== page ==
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Two budget staffers resigned after voicing concerns about halted Ukraine aid, official says

Two staffers for the Office of Management and Budget (OMB) resigned after expressing frustrations about a hold on military assistance to Ukraine that is now at the center of the impeachment inquiry, a witness has testified.

Mark Sandy, an OMB staffer, testified this month that the two staffers, one of whom was in the legal division, had resigned partially due to frustrations with the unexplained aid freeze, according to a transcript of his testimony released Tuesday

Sandy recalled that one individual who resigned had "expressed some frustrations about not understanding the reason for the hold," according to the transcript, but he noted that he was "reluctant to speak to someone else's motivations."

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He was also asked whether the OMB legal division employee said they were leaving "at least in part because of their concerns on frustrations about the hold on Ukraine security assistance."

"Yes, in terms of that process, in part," Sandy responded.

The officials were not named in the transcript.

A senior administration official categorized the assertion that the two officials resigned in part over the aid freeze as false in an email to The Hill.

Sandy also testified that he believed President TrumpDonald TrumpHarry Reid reacts to Boehner book excerpt: 'We didn't mince words' Man arrested for allegedly threatening to stab undercover Asian officer in NYC Trump says GOP will take White House in 2024 in prepared speech MORE had directed the hold on Ukraine aid.

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His testimony was part of the House's impeachment inquiry into Trump's dealings with Ukraine, including the freeze on security assistance.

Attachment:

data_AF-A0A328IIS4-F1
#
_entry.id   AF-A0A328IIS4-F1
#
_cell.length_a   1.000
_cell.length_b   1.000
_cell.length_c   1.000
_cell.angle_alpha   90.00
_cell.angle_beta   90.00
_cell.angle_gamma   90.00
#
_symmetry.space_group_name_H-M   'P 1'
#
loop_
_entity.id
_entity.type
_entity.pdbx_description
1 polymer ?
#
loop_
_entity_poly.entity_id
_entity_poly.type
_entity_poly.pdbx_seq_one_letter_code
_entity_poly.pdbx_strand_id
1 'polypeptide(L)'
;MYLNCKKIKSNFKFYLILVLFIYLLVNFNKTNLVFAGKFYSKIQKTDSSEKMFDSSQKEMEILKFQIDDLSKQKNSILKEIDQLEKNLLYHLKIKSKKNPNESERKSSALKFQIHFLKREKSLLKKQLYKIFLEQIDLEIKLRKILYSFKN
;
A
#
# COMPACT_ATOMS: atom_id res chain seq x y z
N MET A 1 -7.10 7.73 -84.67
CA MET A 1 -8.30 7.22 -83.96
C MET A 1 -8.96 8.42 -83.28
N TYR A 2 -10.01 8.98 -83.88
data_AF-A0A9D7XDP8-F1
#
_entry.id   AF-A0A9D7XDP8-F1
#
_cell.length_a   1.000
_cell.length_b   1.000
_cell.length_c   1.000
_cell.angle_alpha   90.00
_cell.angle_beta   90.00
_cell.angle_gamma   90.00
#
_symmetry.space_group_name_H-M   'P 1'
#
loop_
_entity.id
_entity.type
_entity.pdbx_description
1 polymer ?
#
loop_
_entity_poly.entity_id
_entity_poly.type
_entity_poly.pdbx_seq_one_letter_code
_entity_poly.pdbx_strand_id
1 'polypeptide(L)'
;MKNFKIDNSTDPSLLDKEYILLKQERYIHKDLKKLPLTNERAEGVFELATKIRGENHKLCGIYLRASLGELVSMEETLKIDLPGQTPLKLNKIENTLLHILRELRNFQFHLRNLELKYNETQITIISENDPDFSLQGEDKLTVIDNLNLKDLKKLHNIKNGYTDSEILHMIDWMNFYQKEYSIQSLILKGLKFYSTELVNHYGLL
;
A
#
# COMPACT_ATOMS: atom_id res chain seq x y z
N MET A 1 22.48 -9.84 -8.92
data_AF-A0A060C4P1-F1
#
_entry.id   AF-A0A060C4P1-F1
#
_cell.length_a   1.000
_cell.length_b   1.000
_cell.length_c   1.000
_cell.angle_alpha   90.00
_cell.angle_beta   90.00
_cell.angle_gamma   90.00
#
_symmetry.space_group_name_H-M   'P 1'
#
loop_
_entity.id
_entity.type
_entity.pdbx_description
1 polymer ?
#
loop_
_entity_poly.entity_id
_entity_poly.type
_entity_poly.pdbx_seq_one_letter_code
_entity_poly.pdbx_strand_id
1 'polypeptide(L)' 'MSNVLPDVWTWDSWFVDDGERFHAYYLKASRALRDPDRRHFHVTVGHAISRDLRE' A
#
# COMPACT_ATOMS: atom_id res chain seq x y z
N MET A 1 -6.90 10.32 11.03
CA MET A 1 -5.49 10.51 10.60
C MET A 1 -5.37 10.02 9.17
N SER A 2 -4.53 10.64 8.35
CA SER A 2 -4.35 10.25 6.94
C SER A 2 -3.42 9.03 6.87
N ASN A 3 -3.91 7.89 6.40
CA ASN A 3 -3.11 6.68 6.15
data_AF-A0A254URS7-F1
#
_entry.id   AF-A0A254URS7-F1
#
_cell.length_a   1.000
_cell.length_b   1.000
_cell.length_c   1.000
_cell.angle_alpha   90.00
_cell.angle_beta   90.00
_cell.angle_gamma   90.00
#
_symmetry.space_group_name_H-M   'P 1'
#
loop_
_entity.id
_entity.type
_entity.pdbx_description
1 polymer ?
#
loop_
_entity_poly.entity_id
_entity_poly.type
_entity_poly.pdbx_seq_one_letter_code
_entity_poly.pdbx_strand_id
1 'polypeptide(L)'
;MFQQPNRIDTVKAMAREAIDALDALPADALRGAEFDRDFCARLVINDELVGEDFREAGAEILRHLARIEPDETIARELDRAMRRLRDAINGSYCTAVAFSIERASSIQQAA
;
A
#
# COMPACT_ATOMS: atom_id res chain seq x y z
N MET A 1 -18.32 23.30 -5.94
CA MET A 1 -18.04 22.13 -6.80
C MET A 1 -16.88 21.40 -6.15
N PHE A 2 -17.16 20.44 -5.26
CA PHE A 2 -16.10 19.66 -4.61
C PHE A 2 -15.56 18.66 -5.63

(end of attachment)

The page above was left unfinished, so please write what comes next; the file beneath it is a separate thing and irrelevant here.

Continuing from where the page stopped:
The transcript of Sandy's closed-door interview was one of the latest released by House Democrats. They also released testimony from a closed-door session with Philip Reeker, the acting assistant secretary of State in charge of European and Eurasian Affairs.

House Intelligence Committee Chairman Adam SchiffAdam Bennett SchiffHillicon Valley: Intel heads to resume threats hearing scrapped under Trump | New small business coalition to urge action on antitrust policy | Amazon backs corporate tax hike to pay for infrastructure Intel heads to resume worldwide threats hearing scrapped under Trump The Hill's Morning Report - Biden tasks Harris on border; news conference today MORE (D-Calif.), Oversight and Reform Committee Chairwoman Carolyn MaloneyCarolyn MaloneyHillicon Valley: Parler claims it alerted FBI to threats before Capitol riot | Warner presses Zuckerberg to tackle vaccine misinfo on Facebook, Instagram | U.S. schools increasingly resuming in-person learning Parler says it alerted FBI to threats before Capitol riot Let's end the Postal Service political theater and create needed reforms MORE (D-N.Y.), and Foreign Affairs Committee Chairman Eliot EngelEliot Lance EngelProgressives target Manchin, Sinema with new PAC State Department sets up new bureau for cybersecurity and emerging technologies How Congress dismissed women's empowerment MORE (D-N.Y.) said in a statement Tuesday that the Reeker and Sandy interviews bolster their case against Trump. 

"The testimonies from Ambassador Reeker and Mr. Sandy continue to paint a portrait of hand-picked political appointees corrupting the official levers of U.S. government power, including by withholding taxpayer funded military assistance to Ukraine, to further the President’s own personal political agenda," they said.

Hours after Democrats released the transcripts, Trump appeared at a campaign rally in Florida, where he blasted the ongoing impeachment inquiry, with supporters breaking into a chant of "bullshit" when he insisted that the inquiry was falling flat with voters.

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The transcripts' release comes as Schiff's panel works to put together a report for the Judiciary Committee that will be used to determine whether to draft articles of impeachment against Trump. 

The House launched the inquiry after revelations that Trump had asked Ukraine's president to look into former Vice President Joe BidenJoe BidenBiden eyes bigger US role in global vaccination efforts Trump says GOP will take White House in 2024 in prepared speech Kemp: Pulling All-Star game out of Atlanta will hurt business owners of color MORE, a top political rival and leading candidate for the 2020 Democratic presidential nomination.

Updated: 10 p.m.